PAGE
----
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Honor Slain Bangladeshi Activist With New Award


It was three years ago today when Dr. Avijit Roy, a Bangladeshi atheist activist and prolific writer, was slaughtered outside a book fair in Dhaka by Islamic radicals unable to deal with his alleged blasphemy.

His wife, Rafida Bonya Ahmed, was also a target of the terrorists, but she survived the attack. She’s been speaking out against the Bangladeshi government’s inaction ever since. (In 2016, the police shot and killed the man who murdered Roy.)

Today, on the third anniversary of his death, the Freedom From Religion Foundation has announced a new award for activism in Roy’s honor:

The Avijit Award will be given to a person who has been working toward the spread of rational and logical discourse, toward diminishing the influence of regressive fundamentalist religious thinking, toward building a society based on humane laws and without discrimination. The Award will recognize creative and heroic people, who — in spite of facing numerous hurdles that may include a threat to their personal lives — have persisted in their work through writing, artistic projects, activism or other means of expression to promote science, logic and humane ideas.

“We are honored to be part of this overdue memorial to Avijit Roy and to be working with his widow, Bonya, who is continuing in Avijit’s footsteps to ensure Muktomona continues, and who has personally done so much to ensure the safety of other endangered Bangladeshis,” said FFRF Co-President Annie Laurie Gaylor.

This is a wonderful way to remember the man who did so much to promote logic and reason in a country that, despite its secular democracy, often functions as a theocracy.

FFRF and Ahmed will be working together to raise funds, choose the criteria, and pick the winner(s).

By: Hemant Mehta

Source: Patheos

FFRF announces memorial award on third anniversary of Avijit Roy’s assassination.

The Freedom From Religion Foundation is proud to announce, on the third anniversary of the assassination of Avijit Roy, the creation of an annual award in his name. Roy, the Bangladesh-American writer and atheist, died at the hands of militant Islamists on the streets of Dhaka.

Avijit Roy initiated a new movement in free and rational thinking in Bangladesh, South Asia and Bengali-speaking diaspora communities. He had a Ph.D in biomedical engineering, but wrote prolifically on many varied subjects that include religion, atheism, cosmology, homosexuality, and Rabindranath Tagore. Seven of his books on these subjects were published in Bangladesh.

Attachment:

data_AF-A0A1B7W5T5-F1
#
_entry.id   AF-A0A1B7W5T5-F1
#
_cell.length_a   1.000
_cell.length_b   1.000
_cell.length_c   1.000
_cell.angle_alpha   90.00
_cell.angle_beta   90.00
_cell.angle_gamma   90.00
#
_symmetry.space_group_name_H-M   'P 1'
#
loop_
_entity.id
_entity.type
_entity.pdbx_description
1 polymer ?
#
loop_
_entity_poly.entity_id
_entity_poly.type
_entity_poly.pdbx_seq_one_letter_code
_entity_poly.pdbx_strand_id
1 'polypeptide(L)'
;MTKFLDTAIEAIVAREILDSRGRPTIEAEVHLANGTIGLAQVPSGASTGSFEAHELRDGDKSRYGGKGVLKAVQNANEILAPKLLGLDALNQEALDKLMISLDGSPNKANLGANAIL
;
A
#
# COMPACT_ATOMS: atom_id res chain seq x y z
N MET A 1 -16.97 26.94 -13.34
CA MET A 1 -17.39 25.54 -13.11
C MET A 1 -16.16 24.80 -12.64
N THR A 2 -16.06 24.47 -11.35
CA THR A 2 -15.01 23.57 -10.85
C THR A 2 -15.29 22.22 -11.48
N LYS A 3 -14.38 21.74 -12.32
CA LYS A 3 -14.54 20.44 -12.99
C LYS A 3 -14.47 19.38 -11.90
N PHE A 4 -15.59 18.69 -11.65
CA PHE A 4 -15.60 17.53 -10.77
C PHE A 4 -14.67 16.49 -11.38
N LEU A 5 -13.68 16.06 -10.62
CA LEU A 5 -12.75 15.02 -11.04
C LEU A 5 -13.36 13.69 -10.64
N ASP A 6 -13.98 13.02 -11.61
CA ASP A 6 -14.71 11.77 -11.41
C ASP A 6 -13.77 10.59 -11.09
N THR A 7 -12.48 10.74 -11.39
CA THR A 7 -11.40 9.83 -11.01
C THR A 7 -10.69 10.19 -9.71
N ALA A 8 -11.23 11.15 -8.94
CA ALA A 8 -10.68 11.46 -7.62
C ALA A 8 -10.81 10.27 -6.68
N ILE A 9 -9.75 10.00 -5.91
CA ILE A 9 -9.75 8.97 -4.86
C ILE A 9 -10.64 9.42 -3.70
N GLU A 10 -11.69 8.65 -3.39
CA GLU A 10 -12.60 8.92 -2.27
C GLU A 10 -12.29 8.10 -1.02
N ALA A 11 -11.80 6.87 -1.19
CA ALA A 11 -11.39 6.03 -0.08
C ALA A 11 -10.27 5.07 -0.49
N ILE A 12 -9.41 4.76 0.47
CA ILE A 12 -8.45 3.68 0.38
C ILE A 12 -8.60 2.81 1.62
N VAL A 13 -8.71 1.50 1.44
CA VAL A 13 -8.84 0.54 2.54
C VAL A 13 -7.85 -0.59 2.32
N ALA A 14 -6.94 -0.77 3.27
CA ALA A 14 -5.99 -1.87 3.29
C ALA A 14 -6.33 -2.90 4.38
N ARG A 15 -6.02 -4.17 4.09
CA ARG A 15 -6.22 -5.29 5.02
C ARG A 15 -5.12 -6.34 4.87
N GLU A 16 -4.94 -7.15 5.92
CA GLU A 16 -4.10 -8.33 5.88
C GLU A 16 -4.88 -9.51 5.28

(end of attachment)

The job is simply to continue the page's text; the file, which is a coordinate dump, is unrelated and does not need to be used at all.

He founded an online community called Muktomona (free-thinkers) that promoted rational discourses among mainly Bengali-speaking users across the world. As an advocate of freedom of expression, Avijit Roy took an active role in protesting the arrests of atheist bloggers in Bangladesh. His writings and activism earned the ire of fundamentalist Islamists and on February 26, 2015, he was hacked to death by militants at the Dhaka Ekushey Book Fair where his two new books were featured. His wife, Rafida Bonya Ahmed, known as Bonya, was also brutally attacked and critically wounded, but survived the assault.

FFRF will be working with Ahmed in helping to raise funds and bestow the award or scholarship, with details to be announced.

The Avijit Award will be given to a person who has been working toward the spread of rational and logical discourse, toward diminishing the influence of regressive fundamentalist religious thinking, toward building a society based on humane laws and without discrimination. The Award will recognize creative and heroic people, who — in spite of facing numerous hurdles that may include a threat to their personal lives - have persisted in their work through writing, artistic projects, activism or other means of expression to promote science, logic and humane ideas.

“We are honored to be part of this overdue memorial to Avijit Roy and to be working with his widow, Bonya, who is continuing in Avijit’s footsteps to ensure Muktomona continues, and who has personally done so much to ensure the safety of other endangered Bangladeshis,” said FFRF Co-President Annie Laurie Gaylor.


 “As Medgar Evers presciently noted before his own assassination, ‘You can kill a man, but you can’t kill an idea.’ It’s vital that Avijit’s work continues so that rationalism and freedom of conscience prevail.”

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